Nowadays managers and HR managers do not have the time and effort to use pen and paper in talent management. Excel has its limits too. So a proper talent management system makes life much easier for managers.
Every organisation is unique and there is no universal or ideal tool to develop people. Switching from one software to another is usually expensive, which is why it is crucial to come to a carefully considered - and correct – decision, whilst keeping in mind the peculiarities of a company.
In the future cloud-based software will open up the market, making joining the development and targets of people easier and faster. It is great news that there are SaaS solutions integrated with API in Estonia as we speak. This will make the integration of effective management software more straightforward, quicker and more convenient.
The focus will be on products that are directed towards the duration of an employee's time with a company, and using analytics in the decision making process will inevitably increase.
Problems of HR software
The main promises of HR technologies are quicker access to data, more thorough and detailed information, less inquiries into HR and an increase in the satisfaction levels of employees. However, the reality differs a bit. Access is complicated, there is no flexibility, information barriers slow down transfer of details, and there are also some issues concerning employee's rights. As a result time has not been well spent.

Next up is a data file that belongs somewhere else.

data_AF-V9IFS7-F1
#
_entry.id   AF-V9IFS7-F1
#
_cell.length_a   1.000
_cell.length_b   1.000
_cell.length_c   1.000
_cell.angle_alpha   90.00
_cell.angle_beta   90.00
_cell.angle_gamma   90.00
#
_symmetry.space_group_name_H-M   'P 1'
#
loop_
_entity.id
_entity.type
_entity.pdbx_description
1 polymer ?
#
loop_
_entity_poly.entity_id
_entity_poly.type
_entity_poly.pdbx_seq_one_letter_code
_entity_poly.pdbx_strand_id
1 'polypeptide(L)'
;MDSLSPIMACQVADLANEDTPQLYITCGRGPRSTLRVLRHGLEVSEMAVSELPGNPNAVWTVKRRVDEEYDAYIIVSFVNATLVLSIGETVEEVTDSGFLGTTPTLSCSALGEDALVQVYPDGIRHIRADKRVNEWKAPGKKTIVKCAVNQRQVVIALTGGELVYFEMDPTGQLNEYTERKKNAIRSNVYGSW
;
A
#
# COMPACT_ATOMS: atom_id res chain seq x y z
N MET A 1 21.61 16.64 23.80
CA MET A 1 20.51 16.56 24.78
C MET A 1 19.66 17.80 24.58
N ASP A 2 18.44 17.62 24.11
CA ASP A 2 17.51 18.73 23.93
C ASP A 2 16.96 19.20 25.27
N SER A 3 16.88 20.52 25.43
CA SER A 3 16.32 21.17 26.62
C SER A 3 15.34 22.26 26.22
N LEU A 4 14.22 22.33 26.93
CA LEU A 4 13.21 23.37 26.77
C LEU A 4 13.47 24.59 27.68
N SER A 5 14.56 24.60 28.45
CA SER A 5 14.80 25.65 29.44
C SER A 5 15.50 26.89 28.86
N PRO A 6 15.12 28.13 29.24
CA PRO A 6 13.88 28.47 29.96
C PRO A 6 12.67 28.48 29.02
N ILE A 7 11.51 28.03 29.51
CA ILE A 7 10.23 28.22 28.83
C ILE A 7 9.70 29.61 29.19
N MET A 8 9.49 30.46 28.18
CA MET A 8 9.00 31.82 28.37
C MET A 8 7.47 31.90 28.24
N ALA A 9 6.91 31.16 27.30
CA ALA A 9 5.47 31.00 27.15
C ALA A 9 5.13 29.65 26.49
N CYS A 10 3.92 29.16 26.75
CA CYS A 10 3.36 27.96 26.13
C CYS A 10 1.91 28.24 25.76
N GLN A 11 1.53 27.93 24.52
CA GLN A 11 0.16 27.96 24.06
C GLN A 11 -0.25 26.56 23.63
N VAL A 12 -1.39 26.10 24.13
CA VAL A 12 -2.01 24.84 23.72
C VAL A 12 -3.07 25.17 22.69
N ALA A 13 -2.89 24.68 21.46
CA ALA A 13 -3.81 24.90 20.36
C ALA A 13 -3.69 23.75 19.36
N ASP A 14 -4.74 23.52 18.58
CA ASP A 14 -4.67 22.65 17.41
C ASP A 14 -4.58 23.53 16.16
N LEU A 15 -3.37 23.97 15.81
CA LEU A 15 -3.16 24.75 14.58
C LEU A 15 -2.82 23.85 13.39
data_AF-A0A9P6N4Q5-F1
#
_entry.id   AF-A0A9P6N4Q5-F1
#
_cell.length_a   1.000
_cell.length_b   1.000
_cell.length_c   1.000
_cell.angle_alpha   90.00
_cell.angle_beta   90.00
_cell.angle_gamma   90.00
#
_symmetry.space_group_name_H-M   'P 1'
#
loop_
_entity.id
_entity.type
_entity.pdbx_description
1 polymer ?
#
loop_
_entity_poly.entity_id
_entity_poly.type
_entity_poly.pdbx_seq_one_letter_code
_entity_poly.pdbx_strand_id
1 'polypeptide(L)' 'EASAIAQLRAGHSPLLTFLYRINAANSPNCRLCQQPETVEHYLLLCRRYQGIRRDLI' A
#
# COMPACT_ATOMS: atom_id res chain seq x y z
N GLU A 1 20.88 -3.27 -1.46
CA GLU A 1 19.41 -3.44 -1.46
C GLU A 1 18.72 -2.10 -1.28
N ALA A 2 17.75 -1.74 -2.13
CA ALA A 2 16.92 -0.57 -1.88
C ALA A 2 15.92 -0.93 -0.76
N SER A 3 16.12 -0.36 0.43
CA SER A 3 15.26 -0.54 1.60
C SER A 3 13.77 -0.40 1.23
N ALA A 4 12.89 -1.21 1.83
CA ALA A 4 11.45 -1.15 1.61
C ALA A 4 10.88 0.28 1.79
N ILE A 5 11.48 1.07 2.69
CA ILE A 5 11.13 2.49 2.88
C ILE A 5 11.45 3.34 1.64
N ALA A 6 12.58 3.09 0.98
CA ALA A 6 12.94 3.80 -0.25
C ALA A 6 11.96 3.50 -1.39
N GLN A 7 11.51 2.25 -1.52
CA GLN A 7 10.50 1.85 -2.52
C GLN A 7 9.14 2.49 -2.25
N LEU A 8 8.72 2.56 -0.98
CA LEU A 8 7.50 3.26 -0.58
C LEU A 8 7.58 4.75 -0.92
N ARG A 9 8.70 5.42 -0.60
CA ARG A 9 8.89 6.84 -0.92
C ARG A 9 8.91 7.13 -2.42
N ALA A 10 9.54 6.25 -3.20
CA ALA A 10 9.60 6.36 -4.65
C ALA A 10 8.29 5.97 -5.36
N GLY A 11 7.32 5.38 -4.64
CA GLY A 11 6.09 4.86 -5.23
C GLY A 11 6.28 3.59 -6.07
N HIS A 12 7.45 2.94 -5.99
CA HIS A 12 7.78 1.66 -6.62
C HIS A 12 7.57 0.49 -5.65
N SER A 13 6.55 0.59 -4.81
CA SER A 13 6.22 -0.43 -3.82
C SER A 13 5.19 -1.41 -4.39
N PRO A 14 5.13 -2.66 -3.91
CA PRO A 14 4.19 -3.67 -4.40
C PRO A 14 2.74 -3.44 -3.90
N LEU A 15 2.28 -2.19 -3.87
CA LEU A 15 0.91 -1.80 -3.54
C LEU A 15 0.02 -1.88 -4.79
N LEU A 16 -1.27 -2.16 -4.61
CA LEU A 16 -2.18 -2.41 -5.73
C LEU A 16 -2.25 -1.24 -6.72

The main HR tech problems are:
categorisation of people
alternative costs are taken into account
- The software
itself is below average
- Top managers
are not using HR software
- There is always Excel, with which users are more familiar.
You should always take into account the implementation process and the fact that every change takes time when opting to bring in a new software solution. Someone who has never worked in a big organisation but then lands a job with eBay or Microsoft may also feel uncomfortable with the way they perceive people being treated as 'resources' rather than individuals. This creates an opposition that can lead to their distrust and frustration being targeted at the software. The tools get “punished” for no particular reason. But it is often a process used in the implementation or the software itself that people are not used to and are reacting in a negative way towards its use. With time and exposure to the software those ingrained attitudes can change, and the software becomes more accepted as a useful, functional HR tool.
Tiit PaananenBased on the presentation at HRCONF 2014